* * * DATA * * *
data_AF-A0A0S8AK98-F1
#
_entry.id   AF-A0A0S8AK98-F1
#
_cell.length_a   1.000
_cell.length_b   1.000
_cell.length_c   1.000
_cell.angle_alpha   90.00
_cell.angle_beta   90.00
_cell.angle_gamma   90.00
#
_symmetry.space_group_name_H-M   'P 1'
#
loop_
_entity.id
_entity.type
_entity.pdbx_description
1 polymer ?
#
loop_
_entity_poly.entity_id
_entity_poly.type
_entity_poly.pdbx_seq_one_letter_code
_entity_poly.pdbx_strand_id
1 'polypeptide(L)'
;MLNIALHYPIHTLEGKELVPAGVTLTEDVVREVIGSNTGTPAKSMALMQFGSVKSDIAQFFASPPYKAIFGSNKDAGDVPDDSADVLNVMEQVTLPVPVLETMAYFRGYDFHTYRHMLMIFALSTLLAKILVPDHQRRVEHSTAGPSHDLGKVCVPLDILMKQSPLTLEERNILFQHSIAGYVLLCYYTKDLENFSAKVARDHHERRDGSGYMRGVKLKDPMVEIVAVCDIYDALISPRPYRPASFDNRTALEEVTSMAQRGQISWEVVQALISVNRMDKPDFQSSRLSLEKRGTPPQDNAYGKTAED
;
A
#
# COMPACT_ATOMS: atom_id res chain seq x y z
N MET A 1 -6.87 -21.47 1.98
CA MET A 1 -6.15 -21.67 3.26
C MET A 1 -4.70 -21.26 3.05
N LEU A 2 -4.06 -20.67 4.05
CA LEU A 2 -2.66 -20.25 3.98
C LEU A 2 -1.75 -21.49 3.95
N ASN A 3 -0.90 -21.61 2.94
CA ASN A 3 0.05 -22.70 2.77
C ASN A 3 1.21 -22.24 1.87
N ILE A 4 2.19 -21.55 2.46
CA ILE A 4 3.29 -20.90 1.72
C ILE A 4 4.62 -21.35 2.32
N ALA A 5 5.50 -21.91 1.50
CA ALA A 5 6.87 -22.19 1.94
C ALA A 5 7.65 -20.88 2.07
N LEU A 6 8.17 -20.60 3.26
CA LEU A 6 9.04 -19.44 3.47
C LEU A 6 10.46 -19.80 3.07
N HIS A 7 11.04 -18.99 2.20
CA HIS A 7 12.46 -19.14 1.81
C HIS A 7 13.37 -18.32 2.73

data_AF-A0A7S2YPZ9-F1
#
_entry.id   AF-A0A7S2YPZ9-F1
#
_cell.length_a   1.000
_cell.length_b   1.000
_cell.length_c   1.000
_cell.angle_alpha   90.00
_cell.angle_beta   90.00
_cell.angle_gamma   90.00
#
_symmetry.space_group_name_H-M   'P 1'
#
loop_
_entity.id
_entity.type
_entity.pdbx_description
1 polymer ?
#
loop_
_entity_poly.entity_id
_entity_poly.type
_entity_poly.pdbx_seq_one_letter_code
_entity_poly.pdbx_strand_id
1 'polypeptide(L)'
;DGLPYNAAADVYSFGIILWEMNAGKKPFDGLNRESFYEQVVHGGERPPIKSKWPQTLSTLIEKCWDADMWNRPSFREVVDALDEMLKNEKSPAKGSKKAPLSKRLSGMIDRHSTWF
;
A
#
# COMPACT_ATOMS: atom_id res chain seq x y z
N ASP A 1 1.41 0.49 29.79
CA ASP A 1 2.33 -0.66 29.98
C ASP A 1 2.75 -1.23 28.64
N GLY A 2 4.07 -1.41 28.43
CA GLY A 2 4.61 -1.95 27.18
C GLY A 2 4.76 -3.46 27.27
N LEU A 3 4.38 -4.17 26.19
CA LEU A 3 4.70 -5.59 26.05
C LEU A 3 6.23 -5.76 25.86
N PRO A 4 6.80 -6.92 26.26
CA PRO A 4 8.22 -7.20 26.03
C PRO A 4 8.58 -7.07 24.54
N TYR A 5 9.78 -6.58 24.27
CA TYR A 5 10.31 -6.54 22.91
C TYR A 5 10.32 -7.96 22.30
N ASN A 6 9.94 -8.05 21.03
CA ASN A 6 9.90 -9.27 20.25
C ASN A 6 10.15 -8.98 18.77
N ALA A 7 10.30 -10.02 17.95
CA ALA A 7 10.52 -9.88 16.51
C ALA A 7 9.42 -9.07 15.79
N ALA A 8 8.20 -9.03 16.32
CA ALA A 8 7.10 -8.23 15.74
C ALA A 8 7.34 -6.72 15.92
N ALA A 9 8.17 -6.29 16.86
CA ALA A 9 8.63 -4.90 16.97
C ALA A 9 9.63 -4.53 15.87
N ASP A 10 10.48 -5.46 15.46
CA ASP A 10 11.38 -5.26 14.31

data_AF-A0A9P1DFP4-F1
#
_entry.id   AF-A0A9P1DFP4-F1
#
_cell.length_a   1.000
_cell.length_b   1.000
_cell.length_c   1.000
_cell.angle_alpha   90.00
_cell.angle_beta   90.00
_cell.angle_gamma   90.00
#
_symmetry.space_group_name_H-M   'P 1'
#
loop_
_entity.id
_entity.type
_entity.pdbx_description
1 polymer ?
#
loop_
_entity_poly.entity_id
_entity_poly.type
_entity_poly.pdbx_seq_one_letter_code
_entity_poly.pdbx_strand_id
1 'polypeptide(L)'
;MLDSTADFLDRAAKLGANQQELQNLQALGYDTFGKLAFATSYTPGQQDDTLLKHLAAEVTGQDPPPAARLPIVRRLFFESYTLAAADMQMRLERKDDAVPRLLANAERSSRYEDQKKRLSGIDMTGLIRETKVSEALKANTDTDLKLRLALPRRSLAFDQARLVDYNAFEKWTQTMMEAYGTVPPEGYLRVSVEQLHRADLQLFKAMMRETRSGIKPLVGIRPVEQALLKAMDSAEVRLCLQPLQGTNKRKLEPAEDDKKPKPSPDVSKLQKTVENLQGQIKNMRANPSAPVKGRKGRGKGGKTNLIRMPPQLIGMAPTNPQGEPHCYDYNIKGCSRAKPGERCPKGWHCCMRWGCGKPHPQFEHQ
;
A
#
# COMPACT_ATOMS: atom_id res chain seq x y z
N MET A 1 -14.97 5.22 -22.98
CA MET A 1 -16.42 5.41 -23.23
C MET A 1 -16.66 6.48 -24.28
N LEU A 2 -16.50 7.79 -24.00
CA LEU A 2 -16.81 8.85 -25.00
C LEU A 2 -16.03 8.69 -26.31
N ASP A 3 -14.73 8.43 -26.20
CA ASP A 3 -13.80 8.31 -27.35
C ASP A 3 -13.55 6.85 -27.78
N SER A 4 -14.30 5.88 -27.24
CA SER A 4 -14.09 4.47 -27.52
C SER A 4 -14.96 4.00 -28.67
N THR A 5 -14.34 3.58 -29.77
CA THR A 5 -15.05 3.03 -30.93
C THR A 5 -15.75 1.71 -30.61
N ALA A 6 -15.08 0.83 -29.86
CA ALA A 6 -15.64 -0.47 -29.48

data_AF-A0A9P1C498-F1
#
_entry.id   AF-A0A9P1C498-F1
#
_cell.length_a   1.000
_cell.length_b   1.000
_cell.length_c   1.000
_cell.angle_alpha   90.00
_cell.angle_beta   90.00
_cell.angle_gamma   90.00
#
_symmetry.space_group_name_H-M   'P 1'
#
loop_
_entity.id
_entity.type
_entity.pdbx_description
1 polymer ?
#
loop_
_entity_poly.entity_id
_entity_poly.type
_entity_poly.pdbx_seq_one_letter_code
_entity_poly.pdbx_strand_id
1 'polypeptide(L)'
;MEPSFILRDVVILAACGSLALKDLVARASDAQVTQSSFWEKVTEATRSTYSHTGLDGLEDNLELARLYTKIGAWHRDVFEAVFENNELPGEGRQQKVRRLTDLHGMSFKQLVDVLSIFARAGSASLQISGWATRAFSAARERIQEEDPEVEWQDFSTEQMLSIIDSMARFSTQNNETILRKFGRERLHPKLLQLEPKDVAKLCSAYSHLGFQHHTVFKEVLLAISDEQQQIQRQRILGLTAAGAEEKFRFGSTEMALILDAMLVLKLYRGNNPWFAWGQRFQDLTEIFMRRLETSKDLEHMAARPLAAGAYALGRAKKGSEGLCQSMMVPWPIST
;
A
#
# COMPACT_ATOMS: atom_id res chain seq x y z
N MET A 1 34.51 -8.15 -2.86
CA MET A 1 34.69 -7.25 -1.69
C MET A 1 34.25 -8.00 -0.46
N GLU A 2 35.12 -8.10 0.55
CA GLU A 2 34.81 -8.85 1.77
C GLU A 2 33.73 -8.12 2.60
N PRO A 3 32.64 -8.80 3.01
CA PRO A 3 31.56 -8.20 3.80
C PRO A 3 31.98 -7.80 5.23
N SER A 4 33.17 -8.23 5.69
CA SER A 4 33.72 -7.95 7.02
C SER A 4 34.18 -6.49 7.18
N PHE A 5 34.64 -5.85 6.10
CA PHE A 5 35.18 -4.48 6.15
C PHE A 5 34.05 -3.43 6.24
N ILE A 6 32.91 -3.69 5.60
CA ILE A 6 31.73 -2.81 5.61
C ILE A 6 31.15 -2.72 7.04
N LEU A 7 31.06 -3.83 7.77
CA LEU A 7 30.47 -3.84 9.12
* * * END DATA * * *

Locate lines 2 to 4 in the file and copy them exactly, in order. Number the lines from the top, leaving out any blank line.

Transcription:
#
_entry.id   AF-A0A0S8AK98-F1
#